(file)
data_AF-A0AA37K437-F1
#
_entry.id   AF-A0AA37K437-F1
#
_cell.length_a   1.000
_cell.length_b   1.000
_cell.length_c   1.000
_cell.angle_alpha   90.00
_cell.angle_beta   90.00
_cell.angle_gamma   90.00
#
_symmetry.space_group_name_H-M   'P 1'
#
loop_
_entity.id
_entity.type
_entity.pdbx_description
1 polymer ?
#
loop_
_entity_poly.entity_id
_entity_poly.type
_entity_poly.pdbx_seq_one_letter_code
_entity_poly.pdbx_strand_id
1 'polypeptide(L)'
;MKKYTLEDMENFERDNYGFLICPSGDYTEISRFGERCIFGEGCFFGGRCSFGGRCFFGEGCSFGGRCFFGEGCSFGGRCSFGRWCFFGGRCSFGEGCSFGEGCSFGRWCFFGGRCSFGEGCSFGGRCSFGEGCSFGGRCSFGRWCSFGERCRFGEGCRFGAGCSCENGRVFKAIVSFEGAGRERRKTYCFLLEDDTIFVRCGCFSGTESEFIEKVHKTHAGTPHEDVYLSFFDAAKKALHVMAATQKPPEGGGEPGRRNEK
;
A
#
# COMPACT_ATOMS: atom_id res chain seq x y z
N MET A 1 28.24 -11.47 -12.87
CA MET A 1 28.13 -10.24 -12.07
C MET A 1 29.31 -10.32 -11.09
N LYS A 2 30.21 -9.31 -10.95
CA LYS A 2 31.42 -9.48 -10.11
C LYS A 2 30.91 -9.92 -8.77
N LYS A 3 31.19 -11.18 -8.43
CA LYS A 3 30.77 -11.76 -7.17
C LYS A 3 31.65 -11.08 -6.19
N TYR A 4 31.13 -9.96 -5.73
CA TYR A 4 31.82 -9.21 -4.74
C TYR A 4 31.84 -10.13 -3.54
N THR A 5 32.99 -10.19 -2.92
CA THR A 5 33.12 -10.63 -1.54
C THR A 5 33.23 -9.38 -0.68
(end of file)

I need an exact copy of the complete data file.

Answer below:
data_AF-A0AA37K437-F1
#
_entry.id   AF-A0AA37K437-F1
#
_cell.length_a   1.000
_cell.length_b   1.000
_cell.length_c   1.000
_cell.angle_alpha   90.00
_cell.angle_beta   90.00
_cell.angle_gamma   90.00
#
_symmetry.space_group_name_H-M   'P 1'
#
loop_
_entity.id
_entity.type
_entity.pdbx_description
1 polymer ?
#
loop_
_entity_poly.entity_id
_entity_poly.type
_entity_poly.pdbx_seq_one_letter_code
_entity_poly.pdbx_strand_id
1 'polypeptide(L)'
;MKKYTLEDMENFERDNYGFLICPSGDYTEISRFGERCIFGEGCFFGGRCSFGGRCFFGEGCSFGGRCFFGEGCSFGGRCSFGRWCFFGGRCSFGEGCSFGEGCSFGRWCFFGGRCSFGEGCSFGGRCSFGEGCSFGGRCSFGRWCSFGERCRFGEGCRFGAGCSCENGRVFKAIVSFEGAGRERRKTYCFLLEDDTIFVRCGCFSGTESEFIEKVHKTHAGTPHEDVYLSFFDAAKKALHVMAATQKPPEGGGEPGRRNEK
;
A
#
# COMPACT_ATOMS: atom_id res chain seq x y z
N MET A 1 28.24 -11.47 -12.87
CA MET A 1 28.13 -10.24 -12.07
C MET A 1 29.31 -10.32 -11.09
N LYS A 2 30.21 -9.31 -10.95
CA LYS A 2 31.42 -9.48 -10.11
C LYS A 2 30.91 -9.92 -8.77
N LYS A 3 31.19 -11.18 -8.43
CA LYS A 3 30.77 -11.76 -7.17
C LYS A 3 31.65 -11.08 -6.19
N TYR A 4 31.13 -9.96 -5.73
CA TYR A 4 31.82 -9.21 -4.74
C TYR A 4 31.84 -10.13 -3.54
N THR A 5 32.99 -10.19 -2.92
CA THR A 5 33.12 -10.63 -1.54
C THR A 5 33.23 -9.38 -0.68